@kingpb... I was looking into the Beckwith device already... it sounds like your experience has been good? Have you gotten any feedback in the years after the devices have been installed? Since I'm a field service and consulting engineer with a small and regular clientele, if it has one problem in 10 years, I'm still going to be the one dealing with it. :blink:
 

kingpb

Senior Member
All right, I see the little fine print issue here!

Thanks everyone!

@kingpb... I was looking into the Beckwith device already... it sounds like your experience has been good? Have you gotten any feedback in the years after the devices have been installed? Since I'm a field service and consulting engineer with a small and regular clientele, if it has one problem in 10 years, I'm still going to be the one dealing with it. :blink:

It works as stated, no issues, and in many cases it is the only thing the Owner's will accept. The Beckwith fst transfer equipment is top notch.
 

rbalex

Moderator
Staff member
Location
Mission Viejo, CA
Occupation
Professional Electrical Engineer
With no disrespect at all to Beckwith, I would point out a few things:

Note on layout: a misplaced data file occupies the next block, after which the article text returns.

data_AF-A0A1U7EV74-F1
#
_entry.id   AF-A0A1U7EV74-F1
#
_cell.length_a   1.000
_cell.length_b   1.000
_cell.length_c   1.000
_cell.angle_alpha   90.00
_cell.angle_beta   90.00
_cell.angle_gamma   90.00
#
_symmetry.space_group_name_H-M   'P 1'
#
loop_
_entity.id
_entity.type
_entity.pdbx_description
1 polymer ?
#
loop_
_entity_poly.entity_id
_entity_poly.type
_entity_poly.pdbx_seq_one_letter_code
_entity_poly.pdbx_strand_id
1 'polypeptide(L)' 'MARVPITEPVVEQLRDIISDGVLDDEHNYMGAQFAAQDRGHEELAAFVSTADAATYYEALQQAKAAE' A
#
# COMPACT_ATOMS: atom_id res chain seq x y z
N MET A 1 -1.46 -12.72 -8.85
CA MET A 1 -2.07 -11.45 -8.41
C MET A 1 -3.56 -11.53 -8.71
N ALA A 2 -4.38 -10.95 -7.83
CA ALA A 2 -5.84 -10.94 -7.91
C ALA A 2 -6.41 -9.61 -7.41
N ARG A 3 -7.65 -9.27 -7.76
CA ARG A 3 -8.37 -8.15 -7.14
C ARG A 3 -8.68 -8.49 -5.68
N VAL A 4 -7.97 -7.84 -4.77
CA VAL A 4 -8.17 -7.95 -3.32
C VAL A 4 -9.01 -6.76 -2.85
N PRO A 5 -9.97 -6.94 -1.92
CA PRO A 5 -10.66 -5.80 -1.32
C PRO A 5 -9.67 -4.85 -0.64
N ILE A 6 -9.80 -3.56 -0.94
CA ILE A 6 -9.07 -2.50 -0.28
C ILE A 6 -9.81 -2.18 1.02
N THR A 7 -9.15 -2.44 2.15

1. The primary application Beckwith is describing is for utility power plants. (Section 3.0 introductory statement) Depending on the set-up they are probably exempt from the NEC anyway.

2. For the transfers you described in the OP, high-speed synchronizing isn?t all that beneficial either.
a. For a voltage supervised transfer, you are already transferring from a ?dead? bus to start with. Although you are legitimately concerned about possibly closing the healthy bus into a fault, there are plenty of ways to detect and block it without a high-speed synch-check relay. (If you look closely at your current scheme, you probably already have it) Besides, you probably want to delay the transfer anyway to allow back-EMF decay from motors on the dead bus.

b. For either a manual maintenance transfer or ?return-to-normal? after a voltage supervised transfer, you already assume the sources are synchronized for a closed transition.
In any case, there is no current NEC provision (other than 90.4) for a closed transition of any kind that doesn?t require full interrupting duty of the Mains, the Tie and all downstream OCPs that see an increased available fault caused by paralleling the sources.

BTW the best way to handle 2a above is banked automatic restarts.